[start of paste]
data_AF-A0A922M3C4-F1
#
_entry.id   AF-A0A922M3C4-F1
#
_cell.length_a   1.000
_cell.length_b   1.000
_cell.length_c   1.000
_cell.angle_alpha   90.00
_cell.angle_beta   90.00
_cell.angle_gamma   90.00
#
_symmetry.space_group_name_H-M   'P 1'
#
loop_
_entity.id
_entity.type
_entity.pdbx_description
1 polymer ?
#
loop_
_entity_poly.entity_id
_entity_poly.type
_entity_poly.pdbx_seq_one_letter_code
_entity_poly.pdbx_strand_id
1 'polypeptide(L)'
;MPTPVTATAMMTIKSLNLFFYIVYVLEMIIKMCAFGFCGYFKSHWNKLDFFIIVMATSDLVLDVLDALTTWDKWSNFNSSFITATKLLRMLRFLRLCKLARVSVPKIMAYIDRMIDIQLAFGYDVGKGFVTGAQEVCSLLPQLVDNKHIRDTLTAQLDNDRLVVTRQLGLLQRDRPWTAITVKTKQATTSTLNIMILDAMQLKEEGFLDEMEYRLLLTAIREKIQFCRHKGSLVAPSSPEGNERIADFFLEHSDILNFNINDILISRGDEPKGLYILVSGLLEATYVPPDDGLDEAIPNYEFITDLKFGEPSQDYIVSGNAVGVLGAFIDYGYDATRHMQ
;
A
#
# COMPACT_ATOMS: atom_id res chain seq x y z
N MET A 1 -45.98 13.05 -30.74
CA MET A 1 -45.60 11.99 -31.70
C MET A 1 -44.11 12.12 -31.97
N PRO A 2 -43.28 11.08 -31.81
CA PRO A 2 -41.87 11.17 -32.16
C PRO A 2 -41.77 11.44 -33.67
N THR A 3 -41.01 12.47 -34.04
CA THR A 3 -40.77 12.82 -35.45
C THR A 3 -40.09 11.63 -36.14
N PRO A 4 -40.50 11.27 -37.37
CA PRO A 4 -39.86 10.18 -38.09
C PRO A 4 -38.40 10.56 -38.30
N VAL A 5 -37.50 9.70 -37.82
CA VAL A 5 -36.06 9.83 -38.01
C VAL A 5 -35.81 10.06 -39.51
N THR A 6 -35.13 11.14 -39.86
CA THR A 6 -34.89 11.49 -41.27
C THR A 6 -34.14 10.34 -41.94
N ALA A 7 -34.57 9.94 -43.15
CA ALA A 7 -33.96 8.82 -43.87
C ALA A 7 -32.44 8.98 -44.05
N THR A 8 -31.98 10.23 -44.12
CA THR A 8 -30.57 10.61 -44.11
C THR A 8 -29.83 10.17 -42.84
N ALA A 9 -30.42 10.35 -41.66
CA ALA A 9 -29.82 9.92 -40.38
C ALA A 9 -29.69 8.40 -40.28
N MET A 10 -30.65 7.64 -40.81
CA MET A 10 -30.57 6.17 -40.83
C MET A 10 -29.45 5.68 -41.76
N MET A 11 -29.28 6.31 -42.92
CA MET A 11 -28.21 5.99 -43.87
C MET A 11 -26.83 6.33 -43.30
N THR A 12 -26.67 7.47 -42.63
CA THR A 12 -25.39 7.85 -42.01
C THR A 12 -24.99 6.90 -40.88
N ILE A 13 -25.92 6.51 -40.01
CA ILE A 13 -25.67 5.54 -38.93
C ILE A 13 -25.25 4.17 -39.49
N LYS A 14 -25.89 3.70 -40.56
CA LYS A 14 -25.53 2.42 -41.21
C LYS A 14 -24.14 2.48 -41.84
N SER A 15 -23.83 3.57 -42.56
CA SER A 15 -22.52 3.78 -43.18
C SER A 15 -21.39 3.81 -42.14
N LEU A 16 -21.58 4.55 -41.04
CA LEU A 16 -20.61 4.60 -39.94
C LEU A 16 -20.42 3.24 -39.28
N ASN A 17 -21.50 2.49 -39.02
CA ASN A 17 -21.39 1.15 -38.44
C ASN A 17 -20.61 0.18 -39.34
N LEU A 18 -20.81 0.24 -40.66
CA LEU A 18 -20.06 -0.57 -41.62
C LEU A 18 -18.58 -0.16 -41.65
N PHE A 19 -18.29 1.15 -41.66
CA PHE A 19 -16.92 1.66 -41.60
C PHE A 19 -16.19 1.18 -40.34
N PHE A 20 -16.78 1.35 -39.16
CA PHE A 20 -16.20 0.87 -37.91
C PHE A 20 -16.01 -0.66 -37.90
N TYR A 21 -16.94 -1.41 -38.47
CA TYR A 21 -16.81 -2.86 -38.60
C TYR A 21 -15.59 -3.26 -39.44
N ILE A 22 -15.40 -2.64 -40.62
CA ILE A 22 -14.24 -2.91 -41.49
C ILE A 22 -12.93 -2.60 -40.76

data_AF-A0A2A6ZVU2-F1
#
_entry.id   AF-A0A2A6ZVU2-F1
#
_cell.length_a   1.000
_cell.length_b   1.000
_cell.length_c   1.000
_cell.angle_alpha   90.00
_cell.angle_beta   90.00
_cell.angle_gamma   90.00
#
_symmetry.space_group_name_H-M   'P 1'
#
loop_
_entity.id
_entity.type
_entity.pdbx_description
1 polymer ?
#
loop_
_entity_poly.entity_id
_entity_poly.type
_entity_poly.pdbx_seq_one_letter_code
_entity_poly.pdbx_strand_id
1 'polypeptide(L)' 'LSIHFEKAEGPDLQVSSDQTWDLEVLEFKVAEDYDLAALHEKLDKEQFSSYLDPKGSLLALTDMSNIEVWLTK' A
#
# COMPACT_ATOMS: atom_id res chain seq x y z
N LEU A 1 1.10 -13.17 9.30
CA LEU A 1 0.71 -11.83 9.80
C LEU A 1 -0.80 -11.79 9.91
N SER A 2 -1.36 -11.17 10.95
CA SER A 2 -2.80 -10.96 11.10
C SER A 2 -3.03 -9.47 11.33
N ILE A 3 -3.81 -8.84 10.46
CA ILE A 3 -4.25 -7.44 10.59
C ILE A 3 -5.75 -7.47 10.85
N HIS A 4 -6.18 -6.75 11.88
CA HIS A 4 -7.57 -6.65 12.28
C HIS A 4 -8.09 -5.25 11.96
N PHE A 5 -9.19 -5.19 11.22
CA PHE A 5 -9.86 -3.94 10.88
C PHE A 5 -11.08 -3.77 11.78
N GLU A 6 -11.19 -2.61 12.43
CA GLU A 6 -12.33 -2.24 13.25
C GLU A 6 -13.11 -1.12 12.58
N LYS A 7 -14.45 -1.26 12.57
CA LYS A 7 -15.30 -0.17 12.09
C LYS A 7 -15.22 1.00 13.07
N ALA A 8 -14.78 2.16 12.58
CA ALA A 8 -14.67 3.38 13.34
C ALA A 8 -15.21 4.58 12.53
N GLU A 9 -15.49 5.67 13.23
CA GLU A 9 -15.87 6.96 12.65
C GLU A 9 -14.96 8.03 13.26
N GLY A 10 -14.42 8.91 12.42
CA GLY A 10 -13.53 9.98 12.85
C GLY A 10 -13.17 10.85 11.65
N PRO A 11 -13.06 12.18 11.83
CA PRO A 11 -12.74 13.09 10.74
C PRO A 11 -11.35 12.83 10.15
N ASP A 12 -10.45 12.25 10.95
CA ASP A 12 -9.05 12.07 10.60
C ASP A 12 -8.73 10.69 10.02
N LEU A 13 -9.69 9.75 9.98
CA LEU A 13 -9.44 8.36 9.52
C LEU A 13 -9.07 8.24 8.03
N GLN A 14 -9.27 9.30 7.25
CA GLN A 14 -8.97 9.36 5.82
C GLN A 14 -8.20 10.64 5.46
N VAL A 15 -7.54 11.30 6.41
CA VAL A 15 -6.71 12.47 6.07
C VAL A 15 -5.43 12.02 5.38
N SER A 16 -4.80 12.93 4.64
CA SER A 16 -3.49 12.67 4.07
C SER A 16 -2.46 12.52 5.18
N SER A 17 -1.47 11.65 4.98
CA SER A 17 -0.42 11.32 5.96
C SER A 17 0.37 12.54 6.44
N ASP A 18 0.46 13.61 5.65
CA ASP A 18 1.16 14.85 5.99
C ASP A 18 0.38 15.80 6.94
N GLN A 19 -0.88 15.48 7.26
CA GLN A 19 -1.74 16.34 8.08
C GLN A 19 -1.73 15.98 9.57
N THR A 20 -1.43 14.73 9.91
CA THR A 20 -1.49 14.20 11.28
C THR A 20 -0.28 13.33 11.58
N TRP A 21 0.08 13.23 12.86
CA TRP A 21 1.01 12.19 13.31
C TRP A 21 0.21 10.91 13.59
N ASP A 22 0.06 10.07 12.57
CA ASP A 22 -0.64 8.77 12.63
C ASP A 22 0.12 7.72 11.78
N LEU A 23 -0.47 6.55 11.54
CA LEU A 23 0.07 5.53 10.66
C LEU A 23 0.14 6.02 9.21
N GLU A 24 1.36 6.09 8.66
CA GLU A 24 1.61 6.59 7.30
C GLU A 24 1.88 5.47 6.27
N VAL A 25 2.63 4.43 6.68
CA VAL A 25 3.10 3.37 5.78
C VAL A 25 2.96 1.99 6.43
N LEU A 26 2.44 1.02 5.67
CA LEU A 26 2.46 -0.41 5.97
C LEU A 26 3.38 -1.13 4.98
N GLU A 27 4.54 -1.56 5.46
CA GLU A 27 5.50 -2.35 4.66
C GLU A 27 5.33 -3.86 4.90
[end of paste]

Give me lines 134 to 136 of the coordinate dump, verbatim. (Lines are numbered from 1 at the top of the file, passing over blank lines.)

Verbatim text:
CA HIS A 4 -7.57 -6.65 12.28
C HIS A 4 -8.09 -5.25 11.96
N PHE A 5 -9.19 -5.19 11.22